Now I want to get down to specific cases.  I have recently been reading Green Revolution, an article reprinted from the Beijing Review (No. 32, August 8, 2019), detailing the ecological restoration of a town in China, Yan’an, that had suffered substantial tree loss with resulting soil erosion, frequent sand storms, increasing aridity of the land, and a substantial loss of food productivity.  Severe drought thus alternated with flood rains, causing soil erosion, with the run-off carrying such high levels of nutrients through the rivers to the sea as to create growing dead zones at the mouths of the rivers.

     But after twenty years of dedicated work replanting the vulnerable slopes with tree cover, the land is coming back to fertility and health.  The sandstorms are now rare, and the soil washed into the Yellow River has decreased to 31 million tons from 258 million tons.  All of this has been directed and implemented by the Chinese government, which pays subsidies to the farmers for planting trees.  Over the past twenty years, the villagers dug 20 billion pits to plant trees.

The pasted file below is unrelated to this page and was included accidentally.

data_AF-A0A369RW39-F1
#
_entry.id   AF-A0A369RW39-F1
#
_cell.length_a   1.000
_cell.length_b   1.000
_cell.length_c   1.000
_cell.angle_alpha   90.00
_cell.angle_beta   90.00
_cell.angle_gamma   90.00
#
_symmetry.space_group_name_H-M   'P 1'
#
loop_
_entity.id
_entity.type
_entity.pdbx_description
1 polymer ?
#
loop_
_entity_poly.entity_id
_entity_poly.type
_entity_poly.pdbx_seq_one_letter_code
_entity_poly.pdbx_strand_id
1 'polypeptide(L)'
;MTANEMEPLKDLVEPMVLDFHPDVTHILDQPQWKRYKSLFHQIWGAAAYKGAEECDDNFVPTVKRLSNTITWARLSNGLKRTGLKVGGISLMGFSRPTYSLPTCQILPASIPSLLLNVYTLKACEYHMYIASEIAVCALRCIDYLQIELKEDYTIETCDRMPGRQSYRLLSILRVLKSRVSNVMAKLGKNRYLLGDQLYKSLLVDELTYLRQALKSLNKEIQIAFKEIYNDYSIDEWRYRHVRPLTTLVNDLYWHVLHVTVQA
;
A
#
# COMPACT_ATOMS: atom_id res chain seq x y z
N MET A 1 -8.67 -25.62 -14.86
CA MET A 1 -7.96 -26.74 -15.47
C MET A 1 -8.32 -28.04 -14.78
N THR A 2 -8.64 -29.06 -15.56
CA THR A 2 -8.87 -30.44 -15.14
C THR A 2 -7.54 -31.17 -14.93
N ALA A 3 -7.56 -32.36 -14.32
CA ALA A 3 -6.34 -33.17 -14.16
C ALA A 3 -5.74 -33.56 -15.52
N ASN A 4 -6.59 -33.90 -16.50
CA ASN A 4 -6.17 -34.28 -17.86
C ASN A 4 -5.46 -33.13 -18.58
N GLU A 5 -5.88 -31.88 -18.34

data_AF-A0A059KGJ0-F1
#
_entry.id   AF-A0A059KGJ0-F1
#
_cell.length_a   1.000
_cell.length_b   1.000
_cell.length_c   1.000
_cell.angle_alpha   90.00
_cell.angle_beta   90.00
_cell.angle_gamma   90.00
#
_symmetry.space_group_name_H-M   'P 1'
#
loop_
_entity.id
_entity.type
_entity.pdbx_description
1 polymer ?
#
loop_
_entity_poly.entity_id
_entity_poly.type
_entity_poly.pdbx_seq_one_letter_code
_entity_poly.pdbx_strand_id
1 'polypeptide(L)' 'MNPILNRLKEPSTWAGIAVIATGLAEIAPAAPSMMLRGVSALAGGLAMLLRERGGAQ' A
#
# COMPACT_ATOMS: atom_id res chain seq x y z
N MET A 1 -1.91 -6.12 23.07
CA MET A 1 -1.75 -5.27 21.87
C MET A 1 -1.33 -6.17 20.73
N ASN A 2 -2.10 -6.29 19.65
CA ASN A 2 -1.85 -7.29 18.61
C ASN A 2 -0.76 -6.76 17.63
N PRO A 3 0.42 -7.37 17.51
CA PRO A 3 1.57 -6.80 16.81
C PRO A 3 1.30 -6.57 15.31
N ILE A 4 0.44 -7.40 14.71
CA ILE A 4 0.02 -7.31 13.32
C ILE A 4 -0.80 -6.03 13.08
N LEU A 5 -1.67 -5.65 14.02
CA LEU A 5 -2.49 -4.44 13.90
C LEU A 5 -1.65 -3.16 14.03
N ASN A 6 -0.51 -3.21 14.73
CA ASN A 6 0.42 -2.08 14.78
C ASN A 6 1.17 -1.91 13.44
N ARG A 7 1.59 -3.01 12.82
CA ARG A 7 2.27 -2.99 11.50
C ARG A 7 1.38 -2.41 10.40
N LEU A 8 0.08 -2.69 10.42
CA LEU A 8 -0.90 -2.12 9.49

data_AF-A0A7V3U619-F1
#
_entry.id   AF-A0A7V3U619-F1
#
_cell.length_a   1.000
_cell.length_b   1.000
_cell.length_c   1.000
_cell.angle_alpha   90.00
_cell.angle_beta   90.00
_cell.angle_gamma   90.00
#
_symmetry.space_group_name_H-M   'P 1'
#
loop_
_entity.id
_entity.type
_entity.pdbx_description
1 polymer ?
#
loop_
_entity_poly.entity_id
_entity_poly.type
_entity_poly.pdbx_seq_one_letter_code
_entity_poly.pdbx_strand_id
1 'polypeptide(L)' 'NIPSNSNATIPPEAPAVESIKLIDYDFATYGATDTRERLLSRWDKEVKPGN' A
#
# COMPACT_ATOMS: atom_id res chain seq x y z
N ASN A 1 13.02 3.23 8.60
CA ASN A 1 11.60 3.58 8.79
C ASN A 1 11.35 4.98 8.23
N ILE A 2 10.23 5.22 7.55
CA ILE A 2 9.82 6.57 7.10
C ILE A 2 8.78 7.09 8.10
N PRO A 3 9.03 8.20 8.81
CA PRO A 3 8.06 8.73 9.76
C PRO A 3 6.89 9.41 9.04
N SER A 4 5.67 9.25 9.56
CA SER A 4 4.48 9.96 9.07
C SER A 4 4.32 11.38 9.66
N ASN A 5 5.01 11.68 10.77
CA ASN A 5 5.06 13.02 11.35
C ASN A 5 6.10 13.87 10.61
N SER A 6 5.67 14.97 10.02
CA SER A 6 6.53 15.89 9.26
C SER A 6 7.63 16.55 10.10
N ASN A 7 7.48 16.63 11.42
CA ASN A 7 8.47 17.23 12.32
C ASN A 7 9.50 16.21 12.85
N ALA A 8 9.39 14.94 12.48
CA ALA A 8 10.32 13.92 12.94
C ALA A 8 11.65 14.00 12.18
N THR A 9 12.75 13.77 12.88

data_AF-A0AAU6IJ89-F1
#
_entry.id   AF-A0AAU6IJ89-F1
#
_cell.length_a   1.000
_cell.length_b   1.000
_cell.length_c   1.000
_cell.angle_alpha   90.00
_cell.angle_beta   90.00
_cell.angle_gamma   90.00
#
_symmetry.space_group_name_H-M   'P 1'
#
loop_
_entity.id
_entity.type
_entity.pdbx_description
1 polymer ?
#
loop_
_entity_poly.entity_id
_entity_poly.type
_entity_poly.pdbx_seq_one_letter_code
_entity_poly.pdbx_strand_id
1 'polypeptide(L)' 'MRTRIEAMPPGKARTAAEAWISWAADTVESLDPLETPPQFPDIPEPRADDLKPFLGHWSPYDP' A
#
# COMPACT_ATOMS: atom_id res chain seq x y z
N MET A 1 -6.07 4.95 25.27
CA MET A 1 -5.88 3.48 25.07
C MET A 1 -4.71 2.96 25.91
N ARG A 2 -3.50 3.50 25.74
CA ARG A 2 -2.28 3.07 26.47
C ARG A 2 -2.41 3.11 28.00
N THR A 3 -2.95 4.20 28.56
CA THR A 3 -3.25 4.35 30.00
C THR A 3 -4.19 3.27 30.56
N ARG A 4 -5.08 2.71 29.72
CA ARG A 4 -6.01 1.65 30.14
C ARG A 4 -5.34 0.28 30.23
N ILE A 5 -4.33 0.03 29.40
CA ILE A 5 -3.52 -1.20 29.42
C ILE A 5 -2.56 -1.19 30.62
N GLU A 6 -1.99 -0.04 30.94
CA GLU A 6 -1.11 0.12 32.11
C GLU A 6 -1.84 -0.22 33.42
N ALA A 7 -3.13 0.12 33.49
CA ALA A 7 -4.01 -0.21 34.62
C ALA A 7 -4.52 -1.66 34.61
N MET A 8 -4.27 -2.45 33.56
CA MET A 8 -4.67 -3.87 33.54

So that’s an example of what has to be done everywhere, world-wide, but what do I see as I look over so much of the world which is being increasingly devastated by climate change?  Well, for example, I have heard that one of the major ultimate causes of the migrant crisis in Central America is the steady decline in ecological health of the land caused by the loss of the trees, with all of the resulting changes to the climate and landscape that so often accompanies deforestation.  Caught between droughts and floods, with the land overall turning more and more into arid desert, the people there can no longer survive by farming the land, hence migrations of people looking for another way to stay alive.